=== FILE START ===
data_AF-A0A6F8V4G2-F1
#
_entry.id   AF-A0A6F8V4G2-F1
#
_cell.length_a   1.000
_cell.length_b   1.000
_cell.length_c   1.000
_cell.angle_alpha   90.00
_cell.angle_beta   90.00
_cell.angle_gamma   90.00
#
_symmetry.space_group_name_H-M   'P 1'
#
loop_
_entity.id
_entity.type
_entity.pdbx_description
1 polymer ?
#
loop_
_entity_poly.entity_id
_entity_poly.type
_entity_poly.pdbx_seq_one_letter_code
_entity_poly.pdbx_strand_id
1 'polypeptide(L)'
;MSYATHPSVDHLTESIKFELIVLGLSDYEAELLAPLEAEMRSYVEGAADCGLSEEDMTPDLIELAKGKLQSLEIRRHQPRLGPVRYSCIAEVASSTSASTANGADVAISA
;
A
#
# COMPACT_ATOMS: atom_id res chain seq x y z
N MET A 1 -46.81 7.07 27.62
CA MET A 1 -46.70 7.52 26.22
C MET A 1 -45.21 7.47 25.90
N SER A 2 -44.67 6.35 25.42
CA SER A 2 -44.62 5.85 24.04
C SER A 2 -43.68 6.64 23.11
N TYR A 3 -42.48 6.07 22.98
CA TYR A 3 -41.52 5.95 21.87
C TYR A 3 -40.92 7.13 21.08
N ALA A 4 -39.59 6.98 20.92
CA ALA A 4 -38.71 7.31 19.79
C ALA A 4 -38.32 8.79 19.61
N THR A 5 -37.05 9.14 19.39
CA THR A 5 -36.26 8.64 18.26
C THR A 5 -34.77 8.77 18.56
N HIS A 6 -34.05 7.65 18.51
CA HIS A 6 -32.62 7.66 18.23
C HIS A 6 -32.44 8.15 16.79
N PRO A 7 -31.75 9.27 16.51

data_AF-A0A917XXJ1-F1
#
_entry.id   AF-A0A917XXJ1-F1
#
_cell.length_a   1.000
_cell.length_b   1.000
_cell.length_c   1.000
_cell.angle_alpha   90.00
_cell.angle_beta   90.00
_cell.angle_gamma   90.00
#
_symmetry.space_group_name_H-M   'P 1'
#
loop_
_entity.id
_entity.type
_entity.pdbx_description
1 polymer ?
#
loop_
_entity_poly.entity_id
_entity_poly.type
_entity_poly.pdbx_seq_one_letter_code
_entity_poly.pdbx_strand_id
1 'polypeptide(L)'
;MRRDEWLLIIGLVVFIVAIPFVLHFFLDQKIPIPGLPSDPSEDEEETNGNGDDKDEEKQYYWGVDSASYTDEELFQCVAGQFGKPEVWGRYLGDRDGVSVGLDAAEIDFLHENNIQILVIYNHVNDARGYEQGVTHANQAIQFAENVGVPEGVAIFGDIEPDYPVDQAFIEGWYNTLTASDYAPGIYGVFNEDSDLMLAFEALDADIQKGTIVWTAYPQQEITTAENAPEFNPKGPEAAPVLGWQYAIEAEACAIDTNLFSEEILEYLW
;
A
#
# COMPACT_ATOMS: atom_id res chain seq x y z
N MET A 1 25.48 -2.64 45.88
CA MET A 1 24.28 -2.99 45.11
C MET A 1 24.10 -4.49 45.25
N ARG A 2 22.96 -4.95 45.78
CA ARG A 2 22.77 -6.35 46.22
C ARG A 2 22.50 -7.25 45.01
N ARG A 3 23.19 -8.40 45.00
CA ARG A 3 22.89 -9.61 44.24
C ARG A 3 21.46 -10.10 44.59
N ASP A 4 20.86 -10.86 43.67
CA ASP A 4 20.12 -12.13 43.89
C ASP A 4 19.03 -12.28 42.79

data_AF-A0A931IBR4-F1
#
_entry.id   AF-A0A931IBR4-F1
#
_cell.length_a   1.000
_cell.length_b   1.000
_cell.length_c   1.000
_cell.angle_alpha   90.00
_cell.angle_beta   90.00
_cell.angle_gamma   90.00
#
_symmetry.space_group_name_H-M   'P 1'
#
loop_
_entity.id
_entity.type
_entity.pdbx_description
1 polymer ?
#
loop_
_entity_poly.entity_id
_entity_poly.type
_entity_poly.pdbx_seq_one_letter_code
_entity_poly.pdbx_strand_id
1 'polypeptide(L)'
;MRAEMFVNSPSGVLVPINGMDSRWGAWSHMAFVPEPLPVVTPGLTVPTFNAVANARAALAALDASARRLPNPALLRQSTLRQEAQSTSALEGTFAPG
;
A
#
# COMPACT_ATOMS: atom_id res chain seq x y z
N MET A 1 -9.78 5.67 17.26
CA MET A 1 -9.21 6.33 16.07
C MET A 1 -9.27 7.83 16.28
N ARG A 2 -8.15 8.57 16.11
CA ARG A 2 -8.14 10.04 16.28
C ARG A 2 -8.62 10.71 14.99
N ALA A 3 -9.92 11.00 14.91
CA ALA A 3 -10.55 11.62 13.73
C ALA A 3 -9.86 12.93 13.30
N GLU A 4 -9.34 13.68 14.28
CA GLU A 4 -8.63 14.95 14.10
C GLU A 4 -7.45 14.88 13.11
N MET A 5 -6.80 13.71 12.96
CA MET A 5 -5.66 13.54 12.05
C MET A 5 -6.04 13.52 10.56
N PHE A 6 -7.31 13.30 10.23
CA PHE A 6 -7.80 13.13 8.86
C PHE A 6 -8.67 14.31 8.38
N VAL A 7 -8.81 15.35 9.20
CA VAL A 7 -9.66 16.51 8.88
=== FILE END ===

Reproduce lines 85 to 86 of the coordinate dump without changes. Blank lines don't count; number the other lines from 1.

C ARG A 2 22.50 -7.25 45.01
N ARG A 3 23.19 -8.40 45.00